Amazing what a few words can do. I fully acknowledge that motherhood can feel like drudgery. It is hard work. It demands more than I feel I can give most days.

But I remind myself that I am honoured to bring new life into this world. I feel that more than ever right now as my little girl moves within me. Yes, pregnancy comes with pain and nausea and discomfort but also incredible blessing. I get to give life to someone. To three Someones, with souls and personality and potential to bring great joy into this world.

I remind myself that I am privileged to be one of the most significant people in the life of three human beings. It is my words that will guide my children to success or failure, to good character or weakness. It is my hands that will teach them kindness and love. It is my arms that will embrace them, my belief that will inspire them, my faith that will encourage them.

I remind myself that children are a blessing. They are a gift, not a right. There are thousands of women who would give anything to be woken tonight by the cries of a newborn, but who will sleep soundly because their womb remains empty, or because their baby never came home.

The needs and demands of my children, their mess, their disorganisation, their interruptions – these are blessings too. They have taught me more love and patience than I would ever have otherwise learned. I am so far from perfect but my children have also taught me about forgiveness. I can scream at them in the morning because they have not put their shoes on despite being asked seven times … yet at three o’ clock my son runs out to hug me as if I was the best person in the whole world.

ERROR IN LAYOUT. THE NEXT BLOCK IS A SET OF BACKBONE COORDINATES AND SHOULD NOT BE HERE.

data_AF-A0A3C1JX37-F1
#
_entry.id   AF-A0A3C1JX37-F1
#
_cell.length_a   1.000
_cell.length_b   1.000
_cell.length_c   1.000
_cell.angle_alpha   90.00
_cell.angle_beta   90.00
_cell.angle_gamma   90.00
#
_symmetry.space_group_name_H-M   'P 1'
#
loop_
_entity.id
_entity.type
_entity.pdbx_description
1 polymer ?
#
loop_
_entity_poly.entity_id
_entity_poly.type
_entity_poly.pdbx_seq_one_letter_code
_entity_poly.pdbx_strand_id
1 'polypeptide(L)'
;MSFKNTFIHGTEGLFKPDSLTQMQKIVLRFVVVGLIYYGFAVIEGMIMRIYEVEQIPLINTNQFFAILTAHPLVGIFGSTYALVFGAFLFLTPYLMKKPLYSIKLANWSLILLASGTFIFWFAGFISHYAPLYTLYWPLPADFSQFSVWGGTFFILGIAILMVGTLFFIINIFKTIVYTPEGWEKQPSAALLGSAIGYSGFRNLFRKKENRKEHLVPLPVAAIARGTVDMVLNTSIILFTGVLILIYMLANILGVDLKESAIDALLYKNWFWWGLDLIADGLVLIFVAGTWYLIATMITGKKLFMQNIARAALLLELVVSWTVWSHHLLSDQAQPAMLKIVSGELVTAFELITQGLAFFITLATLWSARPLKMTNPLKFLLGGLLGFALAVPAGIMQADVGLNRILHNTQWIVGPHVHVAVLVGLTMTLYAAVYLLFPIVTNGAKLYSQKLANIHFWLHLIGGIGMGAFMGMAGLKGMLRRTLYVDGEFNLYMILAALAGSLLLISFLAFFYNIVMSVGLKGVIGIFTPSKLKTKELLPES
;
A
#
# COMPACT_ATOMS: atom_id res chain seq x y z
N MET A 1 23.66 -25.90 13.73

And to him, for now, I am. To him I am the most beautiful woman, the best cook, the best mummy in the world. I’ll take that award.

46 Bute Park Zach took this

So although I think it is helpful to acknowledge that motherhood is hard (in fact, soul-achingly painful at times) … let’s also remember that we are honoured, privileged, blessed. Yes, immense self-sacrifice is involved, but that is our gift to give. Our love, our advice, our support will make a world of difference to the next generation. Let us rise to the challenge and not be afraid.

Good for all the wrong reasons

Last night we ate TV in front of a film. We don’t often do this as a family, but it was late and I’d had an exhausting day. Bedtime came, the film wasn’t finished, but Daddy turned it off anyway as it was bathtime.

“NOOOOOOOOOOO!!!!!!!!!!!!!!!!!!!!!!”

This is not my four-year-old. This is my oldest son, soon to be seven.

He wants to finish the film (though we’d warned him it wasn’t likely to happen at the start).

He wants more to eat.

He doesn’t want a bath.

His angry protests used to shock me, baffle me, send me running to my parenting books full of anxiety about spectrums and syndromes. I’d dredge google for the one article which would explain how to stop my son from rebelling against every single directive we gave him (from ‘brush your teeth now’ to ‘don’t hit mummy’).